The Jadran's captain, Yitzhak Hermon, said that he stopped the boat less than a mile off the Sinai shore to let the passengers watch a group of dolphins cavorting nearby.
"Three people went into the water to swim with them," Hermon said. "When the two others came back, Richardson decided to stay in the water a bit.
"Suddenly we heard him scream. We thought it was a joke at first. Dolphins never attack humans. Then we saw him leap in the air and blood stained the water all around him. We understood that he was being attacked by sharks."
One of the crew sped to Richardson's aid in a rubber boat. When he reached him, he saw the injured man being circled by three dolphins, who leaped into the air, smacked the water with their tails and flippers, and placed themselves between Richardson and the sharks.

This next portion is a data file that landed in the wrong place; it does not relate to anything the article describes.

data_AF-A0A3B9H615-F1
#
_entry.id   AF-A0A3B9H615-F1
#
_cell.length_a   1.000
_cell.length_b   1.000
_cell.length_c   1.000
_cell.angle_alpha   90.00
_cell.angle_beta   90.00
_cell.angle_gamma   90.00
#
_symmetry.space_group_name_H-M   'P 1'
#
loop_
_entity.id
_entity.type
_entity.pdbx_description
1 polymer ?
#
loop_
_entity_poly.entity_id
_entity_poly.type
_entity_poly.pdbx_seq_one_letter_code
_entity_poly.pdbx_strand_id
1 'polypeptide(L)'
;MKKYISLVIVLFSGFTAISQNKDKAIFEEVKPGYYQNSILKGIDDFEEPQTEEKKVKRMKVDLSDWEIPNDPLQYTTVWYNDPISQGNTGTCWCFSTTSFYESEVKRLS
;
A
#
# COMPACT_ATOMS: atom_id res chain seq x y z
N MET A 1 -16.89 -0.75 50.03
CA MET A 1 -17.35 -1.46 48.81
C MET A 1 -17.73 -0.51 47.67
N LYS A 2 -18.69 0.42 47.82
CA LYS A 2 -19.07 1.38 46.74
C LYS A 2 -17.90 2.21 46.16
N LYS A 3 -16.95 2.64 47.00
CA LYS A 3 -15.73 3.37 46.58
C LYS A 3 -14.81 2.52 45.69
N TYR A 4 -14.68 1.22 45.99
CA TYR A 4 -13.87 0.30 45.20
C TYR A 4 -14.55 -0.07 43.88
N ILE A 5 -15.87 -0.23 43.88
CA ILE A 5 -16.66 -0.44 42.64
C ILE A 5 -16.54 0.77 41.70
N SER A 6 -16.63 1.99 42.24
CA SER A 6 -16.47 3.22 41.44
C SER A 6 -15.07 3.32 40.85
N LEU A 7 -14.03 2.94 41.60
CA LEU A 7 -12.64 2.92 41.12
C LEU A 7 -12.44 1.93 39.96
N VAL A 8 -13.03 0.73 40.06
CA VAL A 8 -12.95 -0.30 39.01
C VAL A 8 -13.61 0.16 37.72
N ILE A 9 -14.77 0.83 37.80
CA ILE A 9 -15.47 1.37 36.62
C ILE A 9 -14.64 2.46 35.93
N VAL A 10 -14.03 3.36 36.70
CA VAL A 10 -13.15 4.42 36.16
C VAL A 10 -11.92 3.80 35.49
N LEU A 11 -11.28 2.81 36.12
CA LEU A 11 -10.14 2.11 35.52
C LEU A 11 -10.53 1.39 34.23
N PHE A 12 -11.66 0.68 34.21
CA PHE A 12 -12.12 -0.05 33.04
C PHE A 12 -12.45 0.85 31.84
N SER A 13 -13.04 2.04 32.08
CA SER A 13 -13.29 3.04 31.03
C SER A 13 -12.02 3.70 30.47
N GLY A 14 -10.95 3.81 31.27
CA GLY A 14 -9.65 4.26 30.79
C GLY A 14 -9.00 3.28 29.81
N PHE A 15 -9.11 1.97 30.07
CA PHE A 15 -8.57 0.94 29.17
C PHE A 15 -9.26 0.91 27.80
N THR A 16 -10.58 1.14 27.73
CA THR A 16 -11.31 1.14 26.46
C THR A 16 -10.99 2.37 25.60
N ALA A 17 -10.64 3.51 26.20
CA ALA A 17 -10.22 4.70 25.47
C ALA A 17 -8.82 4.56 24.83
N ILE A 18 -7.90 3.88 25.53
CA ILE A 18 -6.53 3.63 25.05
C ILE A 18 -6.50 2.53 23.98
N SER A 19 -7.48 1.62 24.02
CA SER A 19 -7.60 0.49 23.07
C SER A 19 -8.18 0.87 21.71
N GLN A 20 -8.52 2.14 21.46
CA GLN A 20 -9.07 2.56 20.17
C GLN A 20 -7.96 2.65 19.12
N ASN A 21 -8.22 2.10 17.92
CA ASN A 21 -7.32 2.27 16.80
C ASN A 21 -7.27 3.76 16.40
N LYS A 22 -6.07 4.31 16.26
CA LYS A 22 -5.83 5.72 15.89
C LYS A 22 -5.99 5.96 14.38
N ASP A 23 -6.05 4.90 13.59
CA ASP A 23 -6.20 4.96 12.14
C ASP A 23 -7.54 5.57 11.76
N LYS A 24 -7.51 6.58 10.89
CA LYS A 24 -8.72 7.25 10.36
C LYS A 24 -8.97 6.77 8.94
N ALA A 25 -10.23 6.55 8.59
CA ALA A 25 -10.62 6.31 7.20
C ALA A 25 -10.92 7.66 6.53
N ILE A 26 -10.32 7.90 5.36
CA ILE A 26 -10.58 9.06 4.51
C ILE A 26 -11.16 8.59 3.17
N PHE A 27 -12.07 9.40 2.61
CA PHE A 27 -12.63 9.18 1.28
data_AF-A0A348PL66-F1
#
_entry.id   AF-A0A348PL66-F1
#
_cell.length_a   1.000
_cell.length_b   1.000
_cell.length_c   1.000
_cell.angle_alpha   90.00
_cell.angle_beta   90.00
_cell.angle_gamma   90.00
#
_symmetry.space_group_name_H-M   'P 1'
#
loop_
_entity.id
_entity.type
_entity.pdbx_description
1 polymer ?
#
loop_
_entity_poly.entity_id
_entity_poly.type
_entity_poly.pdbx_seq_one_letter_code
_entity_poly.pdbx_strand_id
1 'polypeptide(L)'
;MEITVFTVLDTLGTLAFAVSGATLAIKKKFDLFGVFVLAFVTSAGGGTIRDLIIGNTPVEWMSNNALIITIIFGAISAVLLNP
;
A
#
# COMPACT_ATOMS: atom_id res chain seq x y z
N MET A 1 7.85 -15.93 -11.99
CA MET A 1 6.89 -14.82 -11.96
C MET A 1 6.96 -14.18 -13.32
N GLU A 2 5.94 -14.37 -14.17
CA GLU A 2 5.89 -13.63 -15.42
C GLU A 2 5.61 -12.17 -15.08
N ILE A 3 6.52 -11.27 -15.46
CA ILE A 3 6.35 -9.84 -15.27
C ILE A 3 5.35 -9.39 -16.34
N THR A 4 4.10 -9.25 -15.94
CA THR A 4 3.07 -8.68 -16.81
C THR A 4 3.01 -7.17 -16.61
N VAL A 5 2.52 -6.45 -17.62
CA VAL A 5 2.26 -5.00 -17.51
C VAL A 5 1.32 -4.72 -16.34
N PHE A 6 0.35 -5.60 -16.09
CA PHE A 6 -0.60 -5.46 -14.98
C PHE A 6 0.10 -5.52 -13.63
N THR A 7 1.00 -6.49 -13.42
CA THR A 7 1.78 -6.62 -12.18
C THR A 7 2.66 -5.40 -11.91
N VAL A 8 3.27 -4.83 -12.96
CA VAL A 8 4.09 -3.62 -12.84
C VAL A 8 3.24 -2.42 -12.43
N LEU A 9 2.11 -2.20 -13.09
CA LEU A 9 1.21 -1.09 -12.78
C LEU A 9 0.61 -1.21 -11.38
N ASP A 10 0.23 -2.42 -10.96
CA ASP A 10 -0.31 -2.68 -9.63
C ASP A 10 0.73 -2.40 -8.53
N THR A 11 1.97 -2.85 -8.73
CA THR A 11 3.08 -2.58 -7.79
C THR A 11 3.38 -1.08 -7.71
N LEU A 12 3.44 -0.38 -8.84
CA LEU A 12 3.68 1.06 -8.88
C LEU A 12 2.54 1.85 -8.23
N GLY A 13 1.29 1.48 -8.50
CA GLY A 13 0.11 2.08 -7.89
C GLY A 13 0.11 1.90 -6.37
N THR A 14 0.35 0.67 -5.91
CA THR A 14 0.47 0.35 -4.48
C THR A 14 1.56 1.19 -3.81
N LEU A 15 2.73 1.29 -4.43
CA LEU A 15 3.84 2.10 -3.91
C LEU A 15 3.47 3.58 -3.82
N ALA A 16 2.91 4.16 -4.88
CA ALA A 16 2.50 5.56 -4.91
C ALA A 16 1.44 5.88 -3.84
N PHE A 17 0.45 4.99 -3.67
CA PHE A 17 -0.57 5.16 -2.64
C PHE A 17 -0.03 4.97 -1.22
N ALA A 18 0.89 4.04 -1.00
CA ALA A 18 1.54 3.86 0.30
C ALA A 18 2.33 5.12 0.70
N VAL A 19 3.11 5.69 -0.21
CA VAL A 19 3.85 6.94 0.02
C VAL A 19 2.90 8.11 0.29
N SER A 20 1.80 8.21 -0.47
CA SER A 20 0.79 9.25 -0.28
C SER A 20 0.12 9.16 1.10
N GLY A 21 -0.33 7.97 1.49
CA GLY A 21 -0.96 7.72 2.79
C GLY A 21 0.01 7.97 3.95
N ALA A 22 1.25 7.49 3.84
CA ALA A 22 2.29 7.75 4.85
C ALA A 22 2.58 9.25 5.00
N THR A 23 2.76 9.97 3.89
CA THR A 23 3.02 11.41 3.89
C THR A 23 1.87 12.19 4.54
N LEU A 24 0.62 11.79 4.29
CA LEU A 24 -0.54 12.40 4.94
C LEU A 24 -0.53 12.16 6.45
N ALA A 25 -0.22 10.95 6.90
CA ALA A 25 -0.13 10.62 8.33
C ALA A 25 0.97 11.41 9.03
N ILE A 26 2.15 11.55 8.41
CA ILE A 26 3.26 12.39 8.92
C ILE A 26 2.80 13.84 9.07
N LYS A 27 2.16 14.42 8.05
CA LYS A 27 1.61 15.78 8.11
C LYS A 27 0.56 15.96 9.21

Oz Goffman, director of the Israel Marine Mammal Research and Assistance Center in Haifa, said that such behavior is known in cases where dolphins are protecting their young from sharks.
However, he said, he knew of no previous instance of dolphins defending humans against sharks. He said that a dolphin could kill a shark by ramming it.